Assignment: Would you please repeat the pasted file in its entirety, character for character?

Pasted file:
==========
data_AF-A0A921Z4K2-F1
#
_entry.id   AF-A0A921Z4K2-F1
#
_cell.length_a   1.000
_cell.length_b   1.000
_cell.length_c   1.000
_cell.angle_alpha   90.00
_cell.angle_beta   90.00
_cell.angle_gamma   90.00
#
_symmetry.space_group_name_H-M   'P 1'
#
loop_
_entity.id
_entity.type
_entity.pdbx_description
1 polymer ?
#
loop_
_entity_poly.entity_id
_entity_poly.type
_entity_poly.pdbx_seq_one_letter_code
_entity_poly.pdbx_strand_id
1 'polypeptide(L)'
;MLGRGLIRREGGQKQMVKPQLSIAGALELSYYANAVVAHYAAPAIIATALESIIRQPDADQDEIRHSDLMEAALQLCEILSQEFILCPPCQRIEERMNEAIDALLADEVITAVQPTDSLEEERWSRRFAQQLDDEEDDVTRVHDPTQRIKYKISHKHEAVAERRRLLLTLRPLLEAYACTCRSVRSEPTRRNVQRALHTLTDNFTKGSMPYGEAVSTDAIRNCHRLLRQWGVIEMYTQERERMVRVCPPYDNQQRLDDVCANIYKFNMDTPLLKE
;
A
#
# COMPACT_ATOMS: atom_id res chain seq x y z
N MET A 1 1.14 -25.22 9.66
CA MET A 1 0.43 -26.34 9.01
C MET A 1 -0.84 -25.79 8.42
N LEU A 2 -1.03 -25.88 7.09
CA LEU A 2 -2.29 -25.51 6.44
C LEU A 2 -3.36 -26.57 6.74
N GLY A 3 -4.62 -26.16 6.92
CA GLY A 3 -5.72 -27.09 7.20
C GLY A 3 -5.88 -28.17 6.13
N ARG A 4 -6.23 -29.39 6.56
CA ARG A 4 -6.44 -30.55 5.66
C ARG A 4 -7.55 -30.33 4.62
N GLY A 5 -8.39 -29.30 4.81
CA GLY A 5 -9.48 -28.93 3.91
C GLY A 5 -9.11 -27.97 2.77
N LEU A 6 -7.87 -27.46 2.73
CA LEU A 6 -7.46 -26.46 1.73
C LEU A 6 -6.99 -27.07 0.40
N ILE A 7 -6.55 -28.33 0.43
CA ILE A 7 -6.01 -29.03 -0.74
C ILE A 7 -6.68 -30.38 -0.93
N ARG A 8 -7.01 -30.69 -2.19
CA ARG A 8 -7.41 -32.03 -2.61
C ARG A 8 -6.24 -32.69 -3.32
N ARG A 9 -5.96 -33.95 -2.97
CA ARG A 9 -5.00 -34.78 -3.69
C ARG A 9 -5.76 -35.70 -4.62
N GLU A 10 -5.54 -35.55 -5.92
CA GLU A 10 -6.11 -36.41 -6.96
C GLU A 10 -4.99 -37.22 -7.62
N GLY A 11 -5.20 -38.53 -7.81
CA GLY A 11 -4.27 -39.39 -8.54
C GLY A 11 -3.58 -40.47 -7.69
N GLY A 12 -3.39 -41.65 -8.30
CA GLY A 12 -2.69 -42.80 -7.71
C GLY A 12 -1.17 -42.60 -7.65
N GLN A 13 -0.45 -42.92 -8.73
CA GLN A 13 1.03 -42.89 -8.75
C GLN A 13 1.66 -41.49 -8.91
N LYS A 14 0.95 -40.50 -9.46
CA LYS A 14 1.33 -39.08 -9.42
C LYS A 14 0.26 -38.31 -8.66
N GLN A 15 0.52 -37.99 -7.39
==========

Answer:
data_AF-A0A921Z4K2-F1
#
_entry.id   AF-A0A921Z4K2-F1
#
_cell.length_a   1.000
_cell.length_b   1.000
_cell.length_c   1.000
_cell.angle_alpha   90.00
_cell.angle_beta   90.00
_cell.angle_gamma   90.00
#
_symmetry.space_group_name_H-M   'P 1'
#
loop_
_entity.id
_entity.type
_entity.pdbx_description
1 polymer ?
#
loop_
_entity_poly.entity_id
_entity_poly.type
_entity_poly.pdbx_seq_one_letter_code
_entity_poly.pdbx_strand_id
1 'polypeptide(L)'
;MLGRGLIRREGGQKQMVKPQLSIAGALELSYYANAVVAHYAAPAIIATALESIIRQPDADQDEIRHSDLMEAALQLCEILSQEFILCPPCQRIEERMNEAIDALLADEVITAVQPTDSLEEERWSRRFAQQLDDEEDDVTRVHDPTQRIKYKISHKHEAVAERRRLLLTLRPLLEAYACTCRSVRSEPTRRNVQRALHTLTDNFTKGSMPYGEAVSTDAIRNCHRLLRQWGVIEMYTQERERMVRVCPPYDNQQRLDDVCANIYKFNMDTPLLKE
;
A
#
# COMPACT_ATOMS: atom_id res chain seq x y z
N MET A 1 1.14 -25.22 9.66
CA MET A 1 0.43 -26.34 9.01
C MET A 1 -0.84 -25.79 8.42
N LEU A 2 -1.03 -25.88 7.09
CA LEU A 2 -2.29 -25.51 6.44
C LEU A 2 -3.36 -26.57 6.74
N GLY A 3 -4.62 -26.16 6.92
CA GLY A 3 -5.72 -27.09 7.20
C GLY A 3 -5.88 -28.17 6.13
N ARG A 4 -6.23 -29.39 6.56
CA ARG A 4 -6.44 -30.55 5.66
C ARG A 4 -7.55 -30.33 4.62
N GLY A 5 -8.39 -29.30 4.81
CA GLY A 5 -9.48 -28.93 3.91
C GLY A 5 -9.11 -27.97 2.77
N LEU A 6 -7.87 -27.46 2.73
CA LEU A 6 -7.46 -26.46 1.73
C LEU A 6 -6.99 -27.07 0.40
N ILE A 7 -6.55 -28.33 0.43
CA ILE A 7 -6.01 -29.03 -0.74
C ILE A 7 -6.68 -30.38 -0.93
N ARG A 8 -7.01 -30.69 -2.19
CA ARG A 8 -7.41 -32.03 -2.61
C ARG A 8 -6.24 -32.69 -3.32
N ARG A 9 -5.96 -33.95 -2.97
CA ARG A 9 -5.00 -34.78 -3.69
C ARG A 9 -5.76 -35.70 -4.62
N GLU A 10 -5.54 -35.55 -5.92
CA GLU A 10 -6.11 -36.41 -6.96
C GLU A 10 -4.99 -37.22 -7.62
N GLY A 11 -5.20 -38.53 -7.81
CA GLY A 11 -4.27 -39.39 -8.54
C GLY A 11 -3.58 -40.47 -7.69
N GLY A 12 -3.39 -41.65 -8.30
CA GLY A 12 -2.69 -42.80 -7.71
C GLY A 12 -1.17 -42.60 -7.65
N GLN A 13 -0.45 -42.92 -8.73
CA GLN A 13 1.03 -42.89 -8.75
C GLN A 13 1.66 -41.49 -8.91
N LYS A 14 0.95 -40.50 -9.46
CA LYS A 14 1.33 -39.08 -9.42
C LYS A 14 0.26 -38.31 -8.66
N GLN A 15 0.52 -37.99 -7.39